Both in the run-up to the Brexit referendum and during the subsequent trade negotiations with the EU, there was an – often heated – debate about the implications of Brexit for the UK economy. Although the majority of economists argued that Brexit was likely to cause significant damage to the UK economy in the long run, a vocal minority dismissed these concerns. As we approach the six-month anniversary of the end of the transition period and the start of the UK’s new trading relationship with the EU, we re-visit this debate, focussing on the lessons that can be drawn from the experience to date.
We are delighted to welcome three expert speakers to this discussion.
Dr Swati Dhingra is Associate Profession in Economics at LSE, and associate of the Centre for Economic Performance. She is currently a member of the UK’s Trade Modelling Review Expert Panel and LSE’s Economic Diplomacy Commission. She is Research Fellow at CEPR, and on the editorial boards of Journal of International Economics and Review of Economic Studies. Her research is in international economics and industrial policy. Swati will focus on developments in UK trade and the implications of the UK’s new trading relationship with the EU.
Charlotte Dendy is a Principal Economist in the Economic Intelligence team at the CBI, focusing on the implications of COVID-19, Brexit, the Eurozone and UK economic surveys. Previously, Charlotte worked at Nomura International as an analyst and as a research assistant at the Bank of England. Charlotte will focus on the economic effects of Brexit from a business perspective, discussing the practical challenges that businesses have faced.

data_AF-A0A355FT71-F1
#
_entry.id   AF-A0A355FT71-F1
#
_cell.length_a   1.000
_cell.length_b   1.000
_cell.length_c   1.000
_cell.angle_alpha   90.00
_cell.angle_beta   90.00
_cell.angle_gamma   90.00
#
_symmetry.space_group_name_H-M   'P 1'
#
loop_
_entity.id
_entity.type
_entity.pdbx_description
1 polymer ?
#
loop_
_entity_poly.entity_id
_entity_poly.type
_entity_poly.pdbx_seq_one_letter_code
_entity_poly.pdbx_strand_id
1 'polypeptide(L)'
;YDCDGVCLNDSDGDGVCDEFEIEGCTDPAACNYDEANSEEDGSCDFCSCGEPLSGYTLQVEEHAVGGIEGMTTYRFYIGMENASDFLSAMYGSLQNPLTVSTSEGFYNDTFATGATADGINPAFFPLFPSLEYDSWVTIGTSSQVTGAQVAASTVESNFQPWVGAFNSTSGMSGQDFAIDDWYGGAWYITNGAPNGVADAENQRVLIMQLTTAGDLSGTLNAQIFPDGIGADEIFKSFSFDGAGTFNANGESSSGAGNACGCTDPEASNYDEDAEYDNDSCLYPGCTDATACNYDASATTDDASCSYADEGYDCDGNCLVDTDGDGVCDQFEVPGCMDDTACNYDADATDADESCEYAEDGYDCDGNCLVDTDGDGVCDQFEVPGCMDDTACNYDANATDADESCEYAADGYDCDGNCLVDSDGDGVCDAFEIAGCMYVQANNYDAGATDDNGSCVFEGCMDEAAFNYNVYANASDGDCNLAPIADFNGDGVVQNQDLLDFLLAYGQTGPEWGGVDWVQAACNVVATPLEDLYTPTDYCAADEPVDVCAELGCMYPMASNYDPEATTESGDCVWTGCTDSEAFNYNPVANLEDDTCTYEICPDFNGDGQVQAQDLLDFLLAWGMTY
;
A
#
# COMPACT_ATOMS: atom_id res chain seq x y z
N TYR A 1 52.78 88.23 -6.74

Prof Nick Crafts CBE FBA is Professor of Economic History (0.3FTE) at the University of Sussex. He is also Emeritus Professor of Economic History, University of Warwick where he was Director of CAGE, the ESRC Research Centre on Competitive Advantage in the Global Economy from 2010 to 2019. He is President-Elect of the Royal Economic Society for 2022/23. His latest book is Forging Ahead, Falling Behind, Fighting Back: British Economic Growth from the Industrial Revolution to the Financial Crisis (Cambridge University Press, 2018). During the discussion, Nick will focus on the implications of Brexit in the context of the UK’s wider economic history and performance.
The Masterclass will be held via live Zoom webinar on Tuesday 15 June 2021 at 5pm-6.15pm. Email email@example.com for more details.